Principles in Practice: Accountability in HOPE

There are many contexts in which adopting policies consistent with a principles-led approach has yielded value and allowed organizations to accommodate different challenges. For example, both the RD4C and the IASC Operational Guidance state the importance of accountability mechanisms related to data management by establishing institutional processes, roles, and responsibilities. 

As highlighted previously, the Humanitarian cash Operations and Programme Ecosystem (HOPE) serves as a prime example of how professional accountability can be pursued. Designed by UNICEF as a humanitarian cash transfer management information system, HOPE aims to enhance the quality of Humanitarian Cash Transfers (HCT) programs and ensure compliance with UNICEF guidelines and tools, maintaining accountability and traceability of managed information. HOPE supported UNICEF and partners to deliver USD 430 million in the last two years to almost three million individuals.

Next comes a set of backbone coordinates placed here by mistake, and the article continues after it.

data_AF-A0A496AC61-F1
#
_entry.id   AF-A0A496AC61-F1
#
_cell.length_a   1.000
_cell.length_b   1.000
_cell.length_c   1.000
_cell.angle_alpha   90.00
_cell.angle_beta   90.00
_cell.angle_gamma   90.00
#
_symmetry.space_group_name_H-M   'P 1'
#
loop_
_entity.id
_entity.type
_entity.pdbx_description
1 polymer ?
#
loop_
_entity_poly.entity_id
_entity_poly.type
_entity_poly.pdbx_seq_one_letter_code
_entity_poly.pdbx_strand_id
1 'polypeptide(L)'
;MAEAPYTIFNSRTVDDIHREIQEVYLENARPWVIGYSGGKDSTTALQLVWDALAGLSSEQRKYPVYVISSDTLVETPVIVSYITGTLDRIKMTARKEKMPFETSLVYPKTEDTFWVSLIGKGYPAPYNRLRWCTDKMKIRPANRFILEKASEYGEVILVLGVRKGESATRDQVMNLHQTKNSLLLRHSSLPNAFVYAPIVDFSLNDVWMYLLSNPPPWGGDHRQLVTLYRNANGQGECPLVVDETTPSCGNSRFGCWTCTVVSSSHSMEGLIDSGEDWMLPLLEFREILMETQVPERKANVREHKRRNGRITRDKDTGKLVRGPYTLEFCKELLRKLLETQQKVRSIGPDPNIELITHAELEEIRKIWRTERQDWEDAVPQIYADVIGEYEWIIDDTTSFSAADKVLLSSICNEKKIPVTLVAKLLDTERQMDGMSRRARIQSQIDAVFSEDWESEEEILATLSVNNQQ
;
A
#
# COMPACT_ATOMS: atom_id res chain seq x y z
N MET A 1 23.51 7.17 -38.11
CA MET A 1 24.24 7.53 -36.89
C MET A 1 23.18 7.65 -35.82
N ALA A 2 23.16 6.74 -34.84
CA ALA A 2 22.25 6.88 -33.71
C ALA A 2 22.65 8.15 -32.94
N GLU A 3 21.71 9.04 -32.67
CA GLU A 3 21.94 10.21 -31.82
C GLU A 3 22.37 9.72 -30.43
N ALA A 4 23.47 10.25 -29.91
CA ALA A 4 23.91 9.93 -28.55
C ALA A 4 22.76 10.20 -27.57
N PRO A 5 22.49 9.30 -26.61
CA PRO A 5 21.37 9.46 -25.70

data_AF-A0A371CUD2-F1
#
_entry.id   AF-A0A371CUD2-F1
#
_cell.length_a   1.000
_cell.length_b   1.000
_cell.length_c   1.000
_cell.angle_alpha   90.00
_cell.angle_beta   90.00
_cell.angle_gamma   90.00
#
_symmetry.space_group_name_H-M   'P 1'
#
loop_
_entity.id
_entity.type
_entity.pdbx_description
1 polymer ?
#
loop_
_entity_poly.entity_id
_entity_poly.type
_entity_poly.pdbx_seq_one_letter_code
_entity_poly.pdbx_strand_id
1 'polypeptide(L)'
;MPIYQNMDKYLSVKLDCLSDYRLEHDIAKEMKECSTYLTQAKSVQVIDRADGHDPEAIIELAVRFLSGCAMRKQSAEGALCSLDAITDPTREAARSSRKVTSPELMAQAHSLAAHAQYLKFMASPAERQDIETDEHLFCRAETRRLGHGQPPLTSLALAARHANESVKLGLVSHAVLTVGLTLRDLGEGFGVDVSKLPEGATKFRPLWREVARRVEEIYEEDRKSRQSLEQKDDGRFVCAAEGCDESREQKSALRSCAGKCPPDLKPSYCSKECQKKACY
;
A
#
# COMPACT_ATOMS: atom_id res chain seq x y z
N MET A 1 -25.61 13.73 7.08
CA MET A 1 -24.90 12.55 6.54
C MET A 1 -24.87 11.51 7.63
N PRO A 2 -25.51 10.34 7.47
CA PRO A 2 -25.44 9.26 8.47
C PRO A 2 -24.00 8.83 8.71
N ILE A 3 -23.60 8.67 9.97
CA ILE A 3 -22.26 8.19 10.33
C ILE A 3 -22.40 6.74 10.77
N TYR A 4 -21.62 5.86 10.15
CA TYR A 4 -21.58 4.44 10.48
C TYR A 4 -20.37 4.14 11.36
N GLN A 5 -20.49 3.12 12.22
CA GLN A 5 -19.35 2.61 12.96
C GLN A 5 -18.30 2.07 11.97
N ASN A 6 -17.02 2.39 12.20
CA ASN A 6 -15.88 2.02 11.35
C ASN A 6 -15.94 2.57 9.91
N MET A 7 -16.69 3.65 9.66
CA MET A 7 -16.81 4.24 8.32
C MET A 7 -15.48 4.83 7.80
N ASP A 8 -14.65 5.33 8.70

Key to achieving this level of accountability is the establishment of clear roles within the project team. HOPE has been deployed in multiple countries, including Palestine, Kenya, Sri Lanka, Ukraine, Sudan, South Sudan, Slovakia, Somalia, Czech Republic, Philippines, Afghanistan, Niger, Nigeria, Central African Republic, Democratic Republic of Congo and Antigua and Barbuda. 

Ukraine, for instance, has established functions and responsibilities, for both UNICEF staff and partners, in an iterative way, embedding them both in office standard operating procedures and in HOPE, while updating as programme needs evolve. In the State of Palestine, HOPE rolled out a new accountability feature. In response to the humanitarian needs in Gaza, with many Mobile Money vendors closing and reopening as security allowed, HOPE supported UNICEF staff to use real-time monitoring and convey up-to-date information on where to safely access cash to beneficiaries.